I woke early this morning and looked out my window just before the sun came up over the ocean in Timaru. I was planning for another long day/night as I planned to drive 2:30 hours to the Aoraki/Mount Cook National Park, do some hiking and then return to the Tekapo area to do some star gazing (more on that later).  So I was probably looking at another midnight (or later) return…

I left my room heading for the kitchen and ran into my host Sandy, who I had communicated with several times the day before.  She and I had a nice conversation about her Ford truck in the driveway. She loved US trucks with big engines. The particular one had been imported from the US and the steering column was still on the left side (US).  She told me that they do allow left side vehicles in NZ but they only give a small number of licenses each year.  She applied for one the year she purchased the truck and didn’t get a license so she left it parked until the next year, applied again and got one.  That’s dedication!  She also introduced me to her pet cockatoo who was being shy (or just rude πŸ™‚ and didn’t want to say “hello”.  πŸ™‚

After breakfast I loaded up and headed out.

The first hour of the journey was pretty uneventful with not much to see.  When I reached Tekapo I stopped and got some information on the Earth & Sky (Web) star gazing tours at the Mount John Observatory (WebGoogle, Images).  If you’re wondering what the big deal is with star gazing in this particular area, a large part of the central South Island of New Zealand was recently recognized as an International Dark Sky Reserve, the largest reserve of this type in the world (WebGoogleImages). It is home to the darkest skies in the world and has been labeled as “one of the best stargazing sites on earth”.  And just in case you don’t know really dark skies is the difference between seeing a few stars and (literally) seeing thousands of stars….in the same sky (click on the “images” links above).

I’ve always been fascinated by the universe and love to star gaze so this was one of the first things I added to my list when I was planning my trip to New Zealand.  Unfortunately however, it was an almost completely cloudy day so they were unsure if the tours would be held that evening.  So I continued on to the Mt. Cook visitors center and told them I would stop by on my return and see how it looked.

When I arrived in Lake Pukaki (WebGoogleImages), about 20 minutes later, I got my first, albeit, very cloudy view of Mt. Cook (the bottom of it anyway) and the surrounding mountains (check out the “Images” link to see the view on a sunny cloudless day).  Incidentally (and I actually didn’t know this until after I visited) LOTR fans might remember Lake Pukaki as the fictional “Lake-town” in the Hobbit movies The Desolation of Smaug and The Battle of the Five Armies (Web).  And as long as I’ve been here I still can’t get over the beautiful color of the glacier fed lakes….stunning…..

I turned right at Lake Pukaki and continued toward Mt. Cook stopping several times to snap pictures of the beautiful mountains….

When I arrived at the Aoraki/Mount Cook National Park Visitors Center (Web)  I spent some time checking out the multiple exhibits they had and familiarizing myself with the tracks (trails) in the area.  I decided to hike Mueller’s Saddle on the Mueller’s Hut track (Web) and drove to the trailhead a mile or so from the visitor’s center.

The track began with a 1/2 mile or so of relatively flat trail but that soon led to a series of very steep, seemingly never-ending stairs (over 1800) leading to the half-way point of the climb called Sealy Tarns. From here the view was already magnificent….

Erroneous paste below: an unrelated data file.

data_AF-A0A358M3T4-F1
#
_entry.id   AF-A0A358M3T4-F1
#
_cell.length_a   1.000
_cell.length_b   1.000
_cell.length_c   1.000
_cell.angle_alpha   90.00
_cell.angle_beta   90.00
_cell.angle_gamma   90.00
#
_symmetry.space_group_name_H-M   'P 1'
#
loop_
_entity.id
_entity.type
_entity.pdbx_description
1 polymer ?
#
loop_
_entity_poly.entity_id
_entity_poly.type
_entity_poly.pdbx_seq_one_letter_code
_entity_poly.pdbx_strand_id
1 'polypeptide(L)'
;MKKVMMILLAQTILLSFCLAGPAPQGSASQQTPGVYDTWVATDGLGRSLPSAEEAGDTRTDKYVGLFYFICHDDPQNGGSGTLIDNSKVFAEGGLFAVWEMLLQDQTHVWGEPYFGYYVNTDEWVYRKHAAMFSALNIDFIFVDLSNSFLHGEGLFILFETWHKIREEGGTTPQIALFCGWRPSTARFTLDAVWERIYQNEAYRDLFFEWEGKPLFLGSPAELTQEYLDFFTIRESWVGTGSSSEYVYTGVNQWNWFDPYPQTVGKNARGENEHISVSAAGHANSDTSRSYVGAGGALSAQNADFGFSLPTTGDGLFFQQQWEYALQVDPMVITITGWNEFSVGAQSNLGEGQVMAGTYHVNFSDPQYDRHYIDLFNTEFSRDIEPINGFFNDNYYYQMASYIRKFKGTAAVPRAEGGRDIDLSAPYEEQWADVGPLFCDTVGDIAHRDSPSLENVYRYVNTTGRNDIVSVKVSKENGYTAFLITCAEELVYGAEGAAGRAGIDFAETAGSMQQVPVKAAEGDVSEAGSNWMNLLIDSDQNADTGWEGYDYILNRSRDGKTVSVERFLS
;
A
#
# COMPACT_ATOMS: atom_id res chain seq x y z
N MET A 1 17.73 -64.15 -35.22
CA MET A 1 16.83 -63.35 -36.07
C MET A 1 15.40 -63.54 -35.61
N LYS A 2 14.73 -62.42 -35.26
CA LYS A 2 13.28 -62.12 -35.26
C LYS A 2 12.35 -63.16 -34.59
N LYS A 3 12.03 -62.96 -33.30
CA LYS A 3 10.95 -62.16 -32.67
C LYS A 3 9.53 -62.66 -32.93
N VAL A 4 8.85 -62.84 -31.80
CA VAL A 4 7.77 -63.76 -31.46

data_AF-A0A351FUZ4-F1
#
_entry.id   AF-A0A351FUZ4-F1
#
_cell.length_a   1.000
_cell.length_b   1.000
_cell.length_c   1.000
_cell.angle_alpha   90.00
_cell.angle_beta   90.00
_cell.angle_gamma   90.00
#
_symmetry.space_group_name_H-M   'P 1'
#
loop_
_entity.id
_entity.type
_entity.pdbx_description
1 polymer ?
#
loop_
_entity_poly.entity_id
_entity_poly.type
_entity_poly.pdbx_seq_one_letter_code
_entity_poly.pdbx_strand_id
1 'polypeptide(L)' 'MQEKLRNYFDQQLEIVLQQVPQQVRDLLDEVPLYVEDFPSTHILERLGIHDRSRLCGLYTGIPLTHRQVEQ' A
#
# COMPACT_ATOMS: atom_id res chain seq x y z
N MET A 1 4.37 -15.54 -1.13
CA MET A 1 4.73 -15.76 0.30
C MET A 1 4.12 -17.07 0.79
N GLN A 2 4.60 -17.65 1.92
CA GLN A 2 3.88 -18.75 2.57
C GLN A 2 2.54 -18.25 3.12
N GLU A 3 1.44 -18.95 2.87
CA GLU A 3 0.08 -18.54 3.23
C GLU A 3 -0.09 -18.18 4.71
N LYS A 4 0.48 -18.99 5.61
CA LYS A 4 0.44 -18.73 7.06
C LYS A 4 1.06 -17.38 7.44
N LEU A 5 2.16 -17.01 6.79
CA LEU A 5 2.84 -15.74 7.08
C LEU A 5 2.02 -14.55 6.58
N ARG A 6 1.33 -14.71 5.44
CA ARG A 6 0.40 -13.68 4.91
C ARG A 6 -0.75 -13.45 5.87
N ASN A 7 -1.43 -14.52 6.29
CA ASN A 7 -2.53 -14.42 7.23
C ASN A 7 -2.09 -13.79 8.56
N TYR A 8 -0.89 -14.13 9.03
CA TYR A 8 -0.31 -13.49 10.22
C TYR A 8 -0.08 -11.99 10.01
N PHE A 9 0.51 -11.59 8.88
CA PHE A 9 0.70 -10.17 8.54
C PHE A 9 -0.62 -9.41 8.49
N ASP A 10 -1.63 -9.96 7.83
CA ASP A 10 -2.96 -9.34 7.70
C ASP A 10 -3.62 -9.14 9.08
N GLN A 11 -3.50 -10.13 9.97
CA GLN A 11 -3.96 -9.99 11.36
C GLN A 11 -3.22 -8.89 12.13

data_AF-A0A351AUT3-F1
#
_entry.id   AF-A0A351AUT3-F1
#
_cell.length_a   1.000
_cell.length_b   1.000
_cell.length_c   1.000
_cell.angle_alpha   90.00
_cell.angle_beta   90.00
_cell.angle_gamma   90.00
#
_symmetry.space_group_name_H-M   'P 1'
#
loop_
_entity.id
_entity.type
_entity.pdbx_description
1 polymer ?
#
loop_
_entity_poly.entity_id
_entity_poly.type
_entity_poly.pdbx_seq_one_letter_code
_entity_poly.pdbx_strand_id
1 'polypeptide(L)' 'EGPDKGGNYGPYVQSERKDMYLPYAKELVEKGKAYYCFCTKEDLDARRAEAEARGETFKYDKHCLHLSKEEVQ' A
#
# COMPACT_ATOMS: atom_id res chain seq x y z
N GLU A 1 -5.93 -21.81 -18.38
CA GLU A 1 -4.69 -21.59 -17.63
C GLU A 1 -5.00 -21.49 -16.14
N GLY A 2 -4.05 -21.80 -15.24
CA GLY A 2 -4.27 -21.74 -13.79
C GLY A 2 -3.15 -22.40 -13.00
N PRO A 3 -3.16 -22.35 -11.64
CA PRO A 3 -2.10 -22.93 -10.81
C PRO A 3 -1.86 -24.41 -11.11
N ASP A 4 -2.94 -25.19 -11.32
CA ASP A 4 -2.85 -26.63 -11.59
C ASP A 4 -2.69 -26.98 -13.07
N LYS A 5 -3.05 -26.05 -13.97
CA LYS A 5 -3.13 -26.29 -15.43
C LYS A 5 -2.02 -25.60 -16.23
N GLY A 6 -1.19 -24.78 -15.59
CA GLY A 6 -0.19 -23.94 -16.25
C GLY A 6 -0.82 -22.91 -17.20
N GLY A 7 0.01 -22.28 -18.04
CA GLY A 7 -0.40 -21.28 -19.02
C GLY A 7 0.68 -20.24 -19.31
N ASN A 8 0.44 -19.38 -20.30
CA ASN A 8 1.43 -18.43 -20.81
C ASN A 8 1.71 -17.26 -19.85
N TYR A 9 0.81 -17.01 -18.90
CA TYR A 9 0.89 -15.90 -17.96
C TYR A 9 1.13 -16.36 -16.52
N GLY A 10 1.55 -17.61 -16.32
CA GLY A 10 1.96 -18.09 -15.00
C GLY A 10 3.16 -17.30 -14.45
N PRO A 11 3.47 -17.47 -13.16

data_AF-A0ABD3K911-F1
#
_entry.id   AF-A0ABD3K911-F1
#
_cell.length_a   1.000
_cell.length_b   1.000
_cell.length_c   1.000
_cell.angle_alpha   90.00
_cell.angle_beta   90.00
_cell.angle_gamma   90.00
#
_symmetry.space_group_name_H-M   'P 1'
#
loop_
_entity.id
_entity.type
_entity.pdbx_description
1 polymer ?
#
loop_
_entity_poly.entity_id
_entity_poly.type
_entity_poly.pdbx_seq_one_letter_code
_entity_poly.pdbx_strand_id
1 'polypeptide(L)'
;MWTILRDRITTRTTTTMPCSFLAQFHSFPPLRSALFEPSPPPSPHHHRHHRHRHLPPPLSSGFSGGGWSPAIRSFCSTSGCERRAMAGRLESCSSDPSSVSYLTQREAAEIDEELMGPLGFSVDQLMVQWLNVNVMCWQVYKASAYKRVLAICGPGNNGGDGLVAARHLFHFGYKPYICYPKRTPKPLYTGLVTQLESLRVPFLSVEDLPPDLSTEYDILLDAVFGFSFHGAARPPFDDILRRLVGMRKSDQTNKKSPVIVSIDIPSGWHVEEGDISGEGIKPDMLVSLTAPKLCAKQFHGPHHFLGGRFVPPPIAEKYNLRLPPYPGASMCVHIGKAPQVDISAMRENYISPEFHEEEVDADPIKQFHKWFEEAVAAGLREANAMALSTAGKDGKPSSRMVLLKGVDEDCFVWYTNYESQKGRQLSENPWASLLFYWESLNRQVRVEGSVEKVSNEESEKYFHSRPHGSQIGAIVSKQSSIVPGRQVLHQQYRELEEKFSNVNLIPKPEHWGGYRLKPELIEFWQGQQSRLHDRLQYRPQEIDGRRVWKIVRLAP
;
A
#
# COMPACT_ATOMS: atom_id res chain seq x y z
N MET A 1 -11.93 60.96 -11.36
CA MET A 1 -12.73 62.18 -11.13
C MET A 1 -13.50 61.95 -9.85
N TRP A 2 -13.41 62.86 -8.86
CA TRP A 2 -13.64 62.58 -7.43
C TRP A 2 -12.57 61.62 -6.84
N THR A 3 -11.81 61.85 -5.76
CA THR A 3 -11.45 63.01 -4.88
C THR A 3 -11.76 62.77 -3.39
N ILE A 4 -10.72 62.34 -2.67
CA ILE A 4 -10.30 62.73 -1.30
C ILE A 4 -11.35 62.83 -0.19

After eating a quick lunch I started up the unmarked trail to Mueller’s Saddle (what we would call a “gap” in NC).

So if I thought the first half of this climb was challenging (1800+ steep steps) it was actually just a warm up for the second part which turned into another vertical scramble over large boulders and loose rocks (recall the hike to the summit of Cradle Mtn. in Tasmania in the Day 19 blog) and of course, straight up. This was a challenge to say the least but when I climbed over the crest of the saddle I found myself on the rim of a high alpine valley with glaciers on 3 sides….it was incredible!  I hiked around the back side of the mountain that I had been hiking up and just sat and looked in amazement. Every direction was sheer beauty.  I was totally blown away.  And as if that wasn’t enough every few minutes I would hear (and even feel the rumble) the “thunder” of an avalanche as large chucks of ice fell to the valley below and echoed off the surrounding mountains.  It was massively cool….and kind of spooky at the same time.

Of course the pictures do not even come close to doing this amazing area justice.  I sat there and continued to listen to the “thunder” as some other hikers came over the saddle.  They asked if I would take some pictures of them so I asked them to do the same….

I didn’t realize they were so far away πŸ™‚
Selfie with Mt. Cook “hiding” in the background
Here’s a pretty good blog I found of someone hiking the Mueller track to the hut (Blog).

So once again I found myself in an area that I did not want to leave.  However, it was getting late and I knew I still had a very challenging 1.5 hour hike back to the car so after an hour or so at the top I reluctantly said goodbye to this beautiful valley and started back down.  As I hiked down Mt. Cook decided to show itself (a little) for the first time today…..

I returned to my car, drove about 10 miles up into another large valley (on the other side of Mt. Cook) and took a quick (steep) 15 minute hike to a viewing area where I could see the Tasman Glacier.  As mentioned in previous posts the glaciers in New Zealand (like all glaciers around the world) are receding at an alarming rate and the Tasman glacier is no exception. There were several very large “icebergs” that had broken off of the glacier floating in a small lake at the base…..